Jaime Teevan, Chief Scientist for Microsoft’s Experiences and Devices, is charged with creating the future of productivity at Microsoft and for its customers. As part of that effort, she helps lead the New Future of Work: the largest research initiative in Microsoft’s history with hundreds of researchers from across Microsoft, LinkedIn, and GitHub. Their task is simple (and very hard): make this new future of work – in office, remote, and especially hybrid – possible and productive. Jaime Teevan, and moderator Ron Pessner, will provide an overview of what Microsoft has learned and will offer tips for effective and inclusive hybrid work.
Jaime Teevan is Chief Scientist for Microsoft’s Experiences and Devices, where she is responsible for driving research-backed innovation in the company’s core products. Previously she was the Technical Advisor to Microsoft CEO Satya Nadella and a Principal Researcher at Microsoft Research, where she led the Productivity team. Dr. Teevan uses AI to help people accomplish their goals, developing the first personalized search algorithm used by Bing and introducing microproductivity into Office. Her groundbreaking research has earned her numerous awards, including the Technology Review TR35 Young Innovator and Karen Spärck Jones awards. She holds a Ph.D. from MIT and a B.S. from Yale, and is an affiliate professor at the University of Washington.
Ron Pessner, a longtime CG Councils member, is in charge of collaboration across the Microsoft 365 collaboration suite (th that span across Word, Excel, PPT, etc). He has spent 18 years at Microsoft and has done a number of things including GM for Games for Windows, senior role at Xbox, led Windows 10 for Window Phone, and multiple roles in the Office organization. Prior to Microsoft he worked with a number of startups in the early days of the web and mobile internet.
First Two Fall Keynotes
- Heartwood: The Art of Living With the End in Mind
Barbara Becker, Author
To access recording (Council members only): Click here to email Britany Chism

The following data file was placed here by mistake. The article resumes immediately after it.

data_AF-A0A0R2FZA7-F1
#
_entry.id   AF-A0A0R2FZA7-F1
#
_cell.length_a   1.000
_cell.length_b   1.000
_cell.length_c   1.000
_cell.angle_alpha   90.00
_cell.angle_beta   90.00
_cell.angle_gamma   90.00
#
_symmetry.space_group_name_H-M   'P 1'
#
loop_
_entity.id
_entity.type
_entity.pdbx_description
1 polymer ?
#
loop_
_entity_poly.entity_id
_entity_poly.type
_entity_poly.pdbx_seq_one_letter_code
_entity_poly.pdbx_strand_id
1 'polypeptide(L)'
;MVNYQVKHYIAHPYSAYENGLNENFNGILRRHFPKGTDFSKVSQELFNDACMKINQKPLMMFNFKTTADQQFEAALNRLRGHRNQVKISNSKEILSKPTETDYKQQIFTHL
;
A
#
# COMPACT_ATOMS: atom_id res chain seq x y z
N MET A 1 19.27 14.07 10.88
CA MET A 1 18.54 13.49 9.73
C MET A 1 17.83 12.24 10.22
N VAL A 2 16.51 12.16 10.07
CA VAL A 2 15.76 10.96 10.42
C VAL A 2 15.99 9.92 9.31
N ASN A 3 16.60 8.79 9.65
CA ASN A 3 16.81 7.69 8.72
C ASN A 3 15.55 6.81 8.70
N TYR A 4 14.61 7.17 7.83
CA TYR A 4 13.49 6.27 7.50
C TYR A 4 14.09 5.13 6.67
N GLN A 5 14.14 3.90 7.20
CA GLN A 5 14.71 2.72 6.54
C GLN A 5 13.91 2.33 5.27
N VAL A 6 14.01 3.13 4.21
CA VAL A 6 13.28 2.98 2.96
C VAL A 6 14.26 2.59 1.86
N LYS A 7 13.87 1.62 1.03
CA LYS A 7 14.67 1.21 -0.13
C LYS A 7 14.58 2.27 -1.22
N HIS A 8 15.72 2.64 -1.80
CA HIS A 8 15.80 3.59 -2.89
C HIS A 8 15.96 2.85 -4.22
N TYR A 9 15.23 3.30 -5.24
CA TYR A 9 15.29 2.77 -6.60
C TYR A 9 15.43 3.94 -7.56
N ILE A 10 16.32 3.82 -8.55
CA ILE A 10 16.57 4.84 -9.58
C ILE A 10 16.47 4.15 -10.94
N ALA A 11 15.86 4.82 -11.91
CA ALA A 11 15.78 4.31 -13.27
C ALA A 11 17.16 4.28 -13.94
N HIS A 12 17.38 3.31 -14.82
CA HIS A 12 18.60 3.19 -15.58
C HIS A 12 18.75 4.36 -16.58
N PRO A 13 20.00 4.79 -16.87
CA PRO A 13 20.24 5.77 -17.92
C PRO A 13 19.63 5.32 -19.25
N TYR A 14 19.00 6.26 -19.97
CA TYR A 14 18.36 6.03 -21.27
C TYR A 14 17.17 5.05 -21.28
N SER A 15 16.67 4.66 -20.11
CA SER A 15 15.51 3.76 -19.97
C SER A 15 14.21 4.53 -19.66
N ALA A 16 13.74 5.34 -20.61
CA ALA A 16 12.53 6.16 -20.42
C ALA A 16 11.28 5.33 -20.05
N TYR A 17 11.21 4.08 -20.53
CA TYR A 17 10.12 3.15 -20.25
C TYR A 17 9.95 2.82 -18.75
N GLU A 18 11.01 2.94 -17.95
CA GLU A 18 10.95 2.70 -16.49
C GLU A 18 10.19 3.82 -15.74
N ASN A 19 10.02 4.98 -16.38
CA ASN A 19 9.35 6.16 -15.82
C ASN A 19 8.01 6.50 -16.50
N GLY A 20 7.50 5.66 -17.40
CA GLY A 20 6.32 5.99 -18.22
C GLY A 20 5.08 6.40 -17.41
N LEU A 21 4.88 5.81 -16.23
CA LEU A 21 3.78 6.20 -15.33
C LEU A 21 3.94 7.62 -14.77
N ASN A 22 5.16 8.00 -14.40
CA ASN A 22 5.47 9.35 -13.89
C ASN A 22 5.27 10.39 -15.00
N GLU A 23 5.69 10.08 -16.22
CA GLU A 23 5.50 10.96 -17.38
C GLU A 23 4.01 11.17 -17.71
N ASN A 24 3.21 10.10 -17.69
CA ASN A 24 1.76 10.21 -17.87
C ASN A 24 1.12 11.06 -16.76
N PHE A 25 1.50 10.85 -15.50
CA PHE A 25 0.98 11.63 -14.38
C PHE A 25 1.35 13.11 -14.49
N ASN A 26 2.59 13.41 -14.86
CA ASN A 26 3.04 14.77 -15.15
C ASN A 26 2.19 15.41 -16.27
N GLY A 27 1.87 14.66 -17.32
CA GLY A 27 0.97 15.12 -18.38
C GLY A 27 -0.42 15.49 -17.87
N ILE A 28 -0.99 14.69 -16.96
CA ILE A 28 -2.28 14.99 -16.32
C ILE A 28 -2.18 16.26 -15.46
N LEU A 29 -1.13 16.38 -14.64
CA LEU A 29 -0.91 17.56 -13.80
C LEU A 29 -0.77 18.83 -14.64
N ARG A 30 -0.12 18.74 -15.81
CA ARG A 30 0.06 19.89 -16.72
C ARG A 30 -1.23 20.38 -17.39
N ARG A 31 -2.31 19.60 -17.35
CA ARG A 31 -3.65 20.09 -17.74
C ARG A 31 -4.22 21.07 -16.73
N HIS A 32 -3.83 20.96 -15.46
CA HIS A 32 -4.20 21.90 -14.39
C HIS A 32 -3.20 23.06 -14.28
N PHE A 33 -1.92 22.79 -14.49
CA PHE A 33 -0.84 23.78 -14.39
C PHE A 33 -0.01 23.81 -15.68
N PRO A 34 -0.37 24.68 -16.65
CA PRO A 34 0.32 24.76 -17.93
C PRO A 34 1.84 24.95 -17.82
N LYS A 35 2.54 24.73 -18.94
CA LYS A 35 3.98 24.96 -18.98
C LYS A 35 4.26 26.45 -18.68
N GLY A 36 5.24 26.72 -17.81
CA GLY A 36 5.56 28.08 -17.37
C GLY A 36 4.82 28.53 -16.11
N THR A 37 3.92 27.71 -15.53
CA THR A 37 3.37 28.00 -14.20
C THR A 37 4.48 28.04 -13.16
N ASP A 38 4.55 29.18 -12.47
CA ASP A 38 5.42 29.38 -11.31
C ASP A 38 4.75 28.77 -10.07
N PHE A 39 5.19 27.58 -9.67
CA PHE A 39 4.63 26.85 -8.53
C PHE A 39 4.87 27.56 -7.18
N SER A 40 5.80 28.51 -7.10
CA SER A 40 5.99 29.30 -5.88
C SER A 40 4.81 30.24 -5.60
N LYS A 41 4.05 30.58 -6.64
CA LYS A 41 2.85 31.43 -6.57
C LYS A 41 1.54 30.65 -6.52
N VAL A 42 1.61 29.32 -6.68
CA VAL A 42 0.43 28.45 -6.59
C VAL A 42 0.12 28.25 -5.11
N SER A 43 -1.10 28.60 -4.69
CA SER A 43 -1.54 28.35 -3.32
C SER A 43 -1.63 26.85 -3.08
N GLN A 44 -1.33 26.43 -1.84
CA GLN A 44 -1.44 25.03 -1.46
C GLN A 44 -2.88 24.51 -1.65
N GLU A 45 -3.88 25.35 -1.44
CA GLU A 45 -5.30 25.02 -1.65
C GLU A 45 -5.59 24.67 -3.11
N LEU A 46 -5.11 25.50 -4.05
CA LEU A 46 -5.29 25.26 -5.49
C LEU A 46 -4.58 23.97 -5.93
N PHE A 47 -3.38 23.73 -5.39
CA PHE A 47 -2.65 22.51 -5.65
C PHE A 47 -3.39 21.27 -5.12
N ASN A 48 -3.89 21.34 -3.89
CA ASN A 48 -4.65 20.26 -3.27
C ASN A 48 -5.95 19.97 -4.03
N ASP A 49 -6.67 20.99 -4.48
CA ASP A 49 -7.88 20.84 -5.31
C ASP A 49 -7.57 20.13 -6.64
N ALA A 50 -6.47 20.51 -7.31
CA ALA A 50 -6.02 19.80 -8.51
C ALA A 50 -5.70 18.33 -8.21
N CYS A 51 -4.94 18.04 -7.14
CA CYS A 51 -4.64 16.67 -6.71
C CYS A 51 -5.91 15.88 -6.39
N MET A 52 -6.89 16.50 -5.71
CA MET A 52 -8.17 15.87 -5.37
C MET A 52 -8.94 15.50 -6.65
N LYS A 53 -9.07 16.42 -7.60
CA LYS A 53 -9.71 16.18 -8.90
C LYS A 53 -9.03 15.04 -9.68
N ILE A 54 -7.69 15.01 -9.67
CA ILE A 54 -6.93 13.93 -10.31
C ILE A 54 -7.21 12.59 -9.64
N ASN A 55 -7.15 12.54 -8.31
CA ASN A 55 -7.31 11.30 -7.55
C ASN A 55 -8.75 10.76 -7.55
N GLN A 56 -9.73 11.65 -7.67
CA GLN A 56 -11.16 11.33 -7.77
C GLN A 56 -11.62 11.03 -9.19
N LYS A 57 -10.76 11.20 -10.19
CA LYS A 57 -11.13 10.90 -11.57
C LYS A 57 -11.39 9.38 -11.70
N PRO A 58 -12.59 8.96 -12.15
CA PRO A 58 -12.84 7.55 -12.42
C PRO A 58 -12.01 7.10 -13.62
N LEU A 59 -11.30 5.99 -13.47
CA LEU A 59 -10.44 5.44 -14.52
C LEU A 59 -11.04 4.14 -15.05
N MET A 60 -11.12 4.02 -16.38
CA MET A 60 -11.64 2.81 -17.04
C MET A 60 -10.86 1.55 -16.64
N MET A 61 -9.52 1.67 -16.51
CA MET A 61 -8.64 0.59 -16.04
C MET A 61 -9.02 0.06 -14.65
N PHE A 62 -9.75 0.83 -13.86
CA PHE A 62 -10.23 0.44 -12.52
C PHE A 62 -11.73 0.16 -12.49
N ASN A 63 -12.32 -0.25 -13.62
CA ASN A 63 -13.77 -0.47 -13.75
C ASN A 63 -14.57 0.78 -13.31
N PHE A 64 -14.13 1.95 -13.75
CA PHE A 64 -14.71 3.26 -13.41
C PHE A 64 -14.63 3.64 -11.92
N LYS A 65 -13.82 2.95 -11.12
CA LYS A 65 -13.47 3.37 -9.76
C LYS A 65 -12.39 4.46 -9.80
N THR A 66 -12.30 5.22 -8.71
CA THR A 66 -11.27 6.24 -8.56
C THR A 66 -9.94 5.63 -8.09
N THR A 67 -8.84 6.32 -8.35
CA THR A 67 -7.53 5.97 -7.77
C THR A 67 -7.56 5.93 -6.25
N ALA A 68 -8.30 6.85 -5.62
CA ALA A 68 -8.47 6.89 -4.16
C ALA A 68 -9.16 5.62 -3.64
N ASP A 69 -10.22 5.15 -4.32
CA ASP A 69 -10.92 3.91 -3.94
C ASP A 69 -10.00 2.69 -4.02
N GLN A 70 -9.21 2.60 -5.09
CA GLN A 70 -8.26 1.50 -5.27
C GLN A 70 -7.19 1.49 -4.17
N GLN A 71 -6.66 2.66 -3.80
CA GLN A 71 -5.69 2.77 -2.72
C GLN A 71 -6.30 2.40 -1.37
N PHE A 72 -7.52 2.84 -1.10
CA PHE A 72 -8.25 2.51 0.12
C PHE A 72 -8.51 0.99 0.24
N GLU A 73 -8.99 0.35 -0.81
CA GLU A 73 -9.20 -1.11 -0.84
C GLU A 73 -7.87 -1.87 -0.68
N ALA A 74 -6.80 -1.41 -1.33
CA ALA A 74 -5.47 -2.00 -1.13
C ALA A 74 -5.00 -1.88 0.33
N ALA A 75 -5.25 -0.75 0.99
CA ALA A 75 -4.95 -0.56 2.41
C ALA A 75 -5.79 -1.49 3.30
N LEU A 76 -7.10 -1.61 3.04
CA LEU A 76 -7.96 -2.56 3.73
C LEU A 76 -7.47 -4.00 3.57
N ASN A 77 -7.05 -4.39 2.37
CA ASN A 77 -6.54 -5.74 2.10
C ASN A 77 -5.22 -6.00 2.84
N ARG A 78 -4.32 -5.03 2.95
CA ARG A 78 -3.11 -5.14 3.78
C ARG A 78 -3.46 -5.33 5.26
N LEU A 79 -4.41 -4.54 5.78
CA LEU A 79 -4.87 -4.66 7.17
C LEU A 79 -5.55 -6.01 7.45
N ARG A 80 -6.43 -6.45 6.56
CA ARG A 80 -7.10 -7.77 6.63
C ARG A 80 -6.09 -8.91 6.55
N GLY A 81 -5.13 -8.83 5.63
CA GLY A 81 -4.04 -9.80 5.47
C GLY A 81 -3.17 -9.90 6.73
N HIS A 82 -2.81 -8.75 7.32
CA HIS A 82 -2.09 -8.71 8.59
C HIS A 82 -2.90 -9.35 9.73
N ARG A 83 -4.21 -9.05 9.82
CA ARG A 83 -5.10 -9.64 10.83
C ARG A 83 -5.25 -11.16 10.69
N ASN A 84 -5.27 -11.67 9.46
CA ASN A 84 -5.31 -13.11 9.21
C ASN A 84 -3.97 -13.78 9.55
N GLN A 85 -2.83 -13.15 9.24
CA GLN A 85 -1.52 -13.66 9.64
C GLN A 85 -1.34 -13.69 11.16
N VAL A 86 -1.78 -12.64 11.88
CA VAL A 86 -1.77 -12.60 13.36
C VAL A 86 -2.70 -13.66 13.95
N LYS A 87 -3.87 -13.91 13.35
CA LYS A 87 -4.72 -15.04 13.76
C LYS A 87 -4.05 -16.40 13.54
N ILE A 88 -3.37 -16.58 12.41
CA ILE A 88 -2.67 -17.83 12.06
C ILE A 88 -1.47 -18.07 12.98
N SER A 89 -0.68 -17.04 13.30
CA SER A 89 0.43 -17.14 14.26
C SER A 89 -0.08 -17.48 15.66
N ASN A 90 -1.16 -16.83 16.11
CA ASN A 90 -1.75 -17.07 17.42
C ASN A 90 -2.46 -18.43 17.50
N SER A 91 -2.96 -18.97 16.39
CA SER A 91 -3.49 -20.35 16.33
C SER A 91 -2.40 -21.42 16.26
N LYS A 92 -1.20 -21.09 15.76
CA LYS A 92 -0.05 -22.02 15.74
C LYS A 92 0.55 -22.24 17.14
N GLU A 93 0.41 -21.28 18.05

For our second Fall Meeting keynote, Barbara Becker, author of Heartwood invites us into a conversation about the art of living.Members of our Councils are facing difficult life moments now, as they have in the past and as we each will in the future. With this talk we help to further deepen the trust and safe space needed for members to be vulnerable, to find support and connection, and, of course, to ask for help throughout the meetings and beyond.We also hope to reveal, for your own reflection, the individuals and events in your life that shaped who you have become as a person. In work, and in our daily lives, we aren’t often granted the opportunity to name and to process the people we love, the challenges we face, and the difficulties that become part of us – that become our own Heartwood.Bio:
Barbara Becker is an ordained interfaith minister and has sat with hundreds of people at the end of their lives. Barbara speaks on a wide range of topics, including deepening our sense of meaning and spirituality and mid-career pivots. She has dedicated more than twenty-five years to partnering with human-rights advocates around the world in pursuit of peace and interreligious understanding. She has worked with the United Nations, Human Rights First, the Ms. Foundation for Women, the Grameen Bank of Bangladesh, and teaches at Columbia University.
- The What & Why of Continuous Discovery
Teresa Torres, Author, Speaker, and Product Discovery Coach
Most product teams are starting to adopt discovery best practices (e.g. interviewing customers, usability testing, experimenting). However, many of us are still stuck in a project world. We do research to kick off a project, we usability test right before we hand off to engineers, and our primary means for experimenting is a/b testing. These methods are better than nothing, but the best product teams are shifting from a project mindset to a continuous mindset. In this talk, we’ll explore the key differences between project-based discovery and continuous discovery and give your team a clear benchmark to aspire to.
Bio: Teresa Torres is an internationally acclaimed author, speaker, coach, and longtime friend of the Councils (she was a moderator of one of our Product Councils at one point). She’s coached hundreds of teams at companies of all sizes, from early-stage start-ups to global enterprises, in a variety of industries and has taught more than 7,000 through her Product Talk Academy. She’s the author of the recently published book, Continuous Discovery Habits, and blogs at ProductTalk.org.\
Previous 2021 Talks
- Clubhouse and the Audio Revolution (not recorded)
Jonathan Ehrlich, Partner, Foundation Capital